This month I started a new position as the Associate Director and Oral Historian for the Center for the History of Business, Technology, and Society at the Hagley Museum and Library. I’m eager to continue the public and oral history work I began with Under Connecticut Skies, to have a chance to utilize my curatorial and digital media skills, and to work with the amazing people and collections here at Hagley. It’s also a delight to come each day to the stunning nineteenth-century industrial landscape that is the lower Brandywine. Come see our amazing machine shop if you’re in Wilmington!
In honor of the holiday, please enjoy this, the earliest description of the first Thanksgiving, from a letter to England printed in Mourt’s Relation: A Journal of the Pilgrims at Plymouth, first published in 1622:
Our harvest being gotten in, our governor sent four men on fowling, that so we might after a special manner rejoice together after we had gathered the fruit of our labors. They four in one day killed as much fowl as, with a little help beside, served the company almost a week. At which time, amongst other recreations, we exercised our arms, many of the Indians coming amongst us, and among the rest their greatest king Massasoit, with some ninety men, whom for three days we entertained and feasted, and they went out and killed five deer, which they brought to the plantation and bestowed on our governor, and upon the captain and others. And although it be not always so plentiful as it was at this time with us, yet by the goodness of God, we are so far from want that we often wish you partakers of our plenty.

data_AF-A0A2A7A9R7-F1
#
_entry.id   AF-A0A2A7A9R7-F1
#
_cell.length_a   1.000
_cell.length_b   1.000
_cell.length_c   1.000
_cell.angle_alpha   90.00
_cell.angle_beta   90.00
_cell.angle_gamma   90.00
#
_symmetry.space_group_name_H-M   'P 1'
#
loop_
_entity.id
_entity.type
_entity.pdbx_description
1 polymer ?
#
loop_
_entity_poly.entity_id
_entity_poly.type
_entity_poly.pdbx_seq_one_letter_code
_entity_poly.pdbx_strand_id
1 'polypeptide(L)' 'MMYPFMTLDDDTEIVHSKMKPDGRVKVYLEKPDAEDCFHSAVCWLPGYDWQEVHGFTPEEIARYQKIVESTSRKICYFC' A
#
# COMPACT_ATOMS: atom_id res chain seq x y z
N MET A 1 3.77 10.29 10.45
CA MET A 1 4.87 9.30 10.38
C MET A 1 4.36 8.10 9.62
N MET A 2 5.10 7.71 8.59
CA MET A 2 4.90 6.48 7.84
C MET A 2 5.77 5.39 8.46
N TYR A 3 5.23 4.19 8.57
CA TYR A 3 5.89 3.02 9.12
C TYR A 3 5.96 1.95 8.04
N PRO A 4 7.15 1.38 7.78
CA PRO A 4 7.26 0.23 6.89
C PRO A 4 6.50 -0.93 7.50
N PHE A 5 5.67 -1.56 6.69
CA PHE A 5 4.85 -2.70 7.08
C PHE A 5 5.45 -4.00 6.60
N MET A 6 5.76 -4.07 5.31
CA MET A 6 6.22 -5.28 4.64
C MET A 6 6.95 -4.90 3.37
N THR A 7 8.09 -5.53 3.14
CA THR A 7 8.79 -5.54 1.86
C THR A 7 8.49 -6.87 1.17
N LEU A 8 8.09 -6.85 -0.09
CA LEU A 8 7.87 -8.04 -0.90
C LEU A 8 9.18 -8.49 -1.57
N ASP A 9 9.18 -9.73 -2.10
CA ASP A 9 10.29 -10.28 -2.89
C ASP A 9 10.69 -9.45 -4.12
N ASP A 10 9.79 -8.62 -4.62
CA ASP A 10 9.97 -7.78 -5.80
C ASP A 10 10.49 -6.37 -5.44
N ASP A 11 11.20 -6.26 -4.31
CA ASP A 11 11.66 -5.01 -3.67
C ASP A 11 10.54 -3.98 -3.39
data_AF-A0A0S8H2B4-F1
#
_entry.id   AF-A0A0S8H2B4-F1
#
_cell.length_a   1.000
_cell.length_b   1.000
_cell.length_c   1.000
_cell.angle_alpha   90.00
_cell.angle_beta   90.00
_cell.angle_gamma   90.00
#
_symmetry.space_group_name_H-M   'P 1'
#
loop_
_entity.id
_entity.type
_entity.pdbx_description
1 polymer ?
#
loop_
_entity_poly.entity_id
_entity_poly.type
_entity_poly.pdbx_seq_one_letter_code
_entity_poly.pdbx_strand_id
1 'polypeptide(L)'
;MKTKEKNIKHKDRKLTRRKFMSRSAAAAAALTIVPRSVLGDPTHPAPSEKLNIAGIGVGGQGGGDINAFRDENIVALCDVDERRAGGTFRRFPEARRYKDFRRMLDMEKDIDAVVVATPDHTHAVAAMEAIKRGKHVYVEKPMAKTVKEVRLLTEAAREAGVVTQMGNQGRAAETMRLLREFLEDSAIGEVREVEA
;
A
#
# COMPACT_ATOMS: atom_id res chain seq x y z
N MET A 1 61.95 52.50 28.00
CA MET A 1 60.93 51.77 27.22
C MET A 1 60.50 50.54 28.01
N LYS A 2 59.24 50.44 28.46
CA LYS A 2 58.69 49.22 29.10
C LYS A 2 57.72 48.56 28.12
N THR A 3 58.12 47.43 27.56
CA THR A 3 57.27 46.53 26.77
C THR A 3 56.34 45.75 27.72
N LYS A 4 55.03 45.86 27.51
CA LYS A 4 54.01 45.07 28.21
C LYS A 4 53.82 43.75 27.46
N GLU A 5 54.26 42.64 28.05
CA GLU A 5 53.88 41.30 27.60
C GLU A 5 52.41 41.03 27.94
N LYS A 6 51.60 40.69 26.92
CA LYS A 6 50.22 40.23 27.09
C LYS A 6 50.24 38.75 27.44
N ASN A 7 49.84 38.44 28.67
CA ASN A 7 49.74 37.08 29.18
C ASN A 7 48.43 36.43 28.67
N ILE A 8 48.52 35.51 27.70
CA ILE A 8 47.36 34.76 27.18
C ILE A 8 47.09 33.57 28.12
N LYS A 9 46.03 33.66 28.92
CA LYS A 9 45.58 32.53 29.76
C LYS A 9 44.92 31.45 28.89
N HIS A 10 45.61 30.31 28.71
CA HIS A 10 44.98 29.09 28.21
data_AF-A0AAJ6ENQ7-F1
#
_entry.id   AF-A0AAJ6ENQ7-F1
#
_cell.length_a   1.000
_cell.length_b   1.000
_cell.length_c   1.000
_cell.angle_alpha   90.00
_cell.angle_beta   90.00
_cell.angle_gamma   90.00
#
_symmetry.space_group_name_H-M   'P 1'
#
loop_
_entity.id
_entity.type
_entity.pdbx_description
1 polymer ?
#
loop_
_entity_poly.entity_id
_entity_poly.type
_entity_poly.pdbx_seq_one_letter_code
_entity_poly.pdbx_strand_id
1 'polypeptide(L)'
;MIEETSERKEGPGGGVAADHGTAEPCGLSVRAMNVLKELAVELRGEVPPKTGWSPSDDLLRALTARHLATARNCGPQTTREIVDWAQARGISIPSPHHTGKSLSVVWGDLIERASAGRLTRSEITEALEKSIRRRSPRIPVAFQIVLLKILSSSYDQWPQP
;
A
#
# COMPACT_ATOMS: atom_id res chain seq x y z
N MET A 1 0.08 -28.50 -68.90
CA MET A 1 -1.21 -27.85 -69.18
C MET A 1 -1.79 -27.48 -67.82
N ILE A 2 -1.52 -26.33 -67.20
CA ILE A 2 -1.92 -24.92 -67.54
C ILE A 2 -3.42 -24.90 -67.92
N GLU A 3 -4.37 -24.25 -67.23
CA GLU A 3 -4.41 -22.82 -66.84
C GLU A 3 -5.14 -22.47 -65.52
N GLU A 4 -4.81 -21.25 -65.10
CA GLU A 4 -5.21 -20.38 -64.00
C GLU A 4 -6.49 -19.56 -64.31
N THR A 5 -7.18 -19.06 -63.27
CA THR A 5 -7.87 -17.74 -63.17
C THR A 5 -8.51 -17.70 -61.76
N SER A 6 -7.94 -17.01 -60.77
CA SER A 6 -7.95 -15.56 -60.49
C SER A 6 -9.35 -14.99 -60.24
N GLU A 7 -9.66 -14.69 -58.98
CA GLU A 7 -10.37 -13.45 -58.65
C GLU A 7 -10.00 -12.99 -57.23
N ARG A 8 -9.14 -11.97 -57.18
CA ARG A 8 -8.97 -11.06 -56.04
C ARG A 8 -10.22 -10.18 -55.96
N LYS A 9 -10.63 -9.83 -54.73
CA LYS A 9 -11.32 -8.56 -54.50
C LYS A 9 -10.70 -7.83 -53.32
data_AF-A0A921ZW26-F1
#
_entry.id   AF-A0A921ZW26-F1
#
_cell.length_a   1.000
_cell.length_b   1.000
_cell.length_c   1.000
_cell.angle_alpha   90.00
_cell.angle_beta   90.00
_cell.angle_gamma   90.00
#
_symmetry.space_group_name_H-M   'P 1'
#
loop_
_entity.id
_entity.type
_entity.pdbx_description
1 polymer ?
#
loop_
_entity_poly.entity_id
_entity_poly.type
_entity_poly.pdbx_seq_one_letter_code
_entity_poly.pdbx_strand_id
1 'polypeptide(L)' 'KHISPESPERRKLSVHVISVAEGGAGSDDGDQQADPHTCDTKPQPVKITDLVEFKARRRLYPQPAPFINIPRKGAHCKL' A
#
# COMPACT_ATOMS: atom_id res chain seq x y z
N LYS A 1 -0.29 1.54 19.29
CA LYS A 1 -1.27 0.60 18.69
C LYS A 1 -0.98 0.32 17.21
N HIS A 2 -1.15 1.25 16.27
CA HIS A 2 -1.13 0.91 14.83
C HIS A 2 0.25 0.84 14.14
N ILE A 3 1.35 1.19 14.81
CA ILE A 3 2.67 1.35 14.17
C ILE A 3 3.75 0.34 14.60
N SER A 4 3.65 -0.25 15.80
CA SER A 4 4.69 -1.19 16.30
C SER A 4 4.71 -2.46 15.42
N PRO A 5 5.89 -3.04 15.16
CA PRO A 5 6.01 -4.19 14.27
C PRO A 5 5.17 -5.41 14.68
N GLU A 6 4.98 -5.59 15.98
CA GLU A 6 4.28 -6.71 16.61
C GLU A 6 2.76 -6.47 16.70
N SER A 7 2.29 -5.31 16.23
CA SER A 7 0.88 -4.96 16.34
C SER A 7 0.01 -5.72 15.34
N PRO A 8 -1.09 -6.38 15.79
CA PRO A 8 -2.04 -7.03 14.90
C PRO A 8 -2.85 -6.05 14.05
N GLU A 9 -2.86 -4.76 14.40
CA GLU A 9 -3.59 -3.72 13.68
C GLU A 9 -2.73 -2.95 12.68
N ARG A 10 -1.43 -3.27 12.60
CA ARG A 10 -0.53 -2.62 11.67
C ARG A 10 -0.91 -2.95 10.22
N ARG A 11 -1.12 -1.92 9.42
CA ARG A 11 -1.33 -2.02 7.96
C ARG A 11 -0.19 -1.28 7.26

Today at One Week | One Tool we’ve been laboring on our first big task: figuring out what tool we’re actually going to build.
We had our big brainstorming session this afternoon, and are now opening up the floor for feedback. We’ve set up a site where you can vote on the potential tools we’ve come up with, as well as to comment on our ideas. Voting closes at 10 a.m. eastern time tomorrow, Tuesday 30 July 2013, when we’ll begin to narrow the field.
Tomorrow: the real work begins.
Today was my last day as a postdoctoral fellow at the National Museum of American History. The good news: the weather was perfect for lunch with colleagues on our rooftop terrace, with stunning views reaching from the Library of Congress to the Washington Monument.
Thanks to everyone who made my time at the Smithsonian so rewarding, productive, and valuable. I hope to come back someday.
This one’s especially for you, Scott.
It’s always reassuring to know that there are several of these on the shelf where you work…
…although, of course, in a history museum we use them a little differently.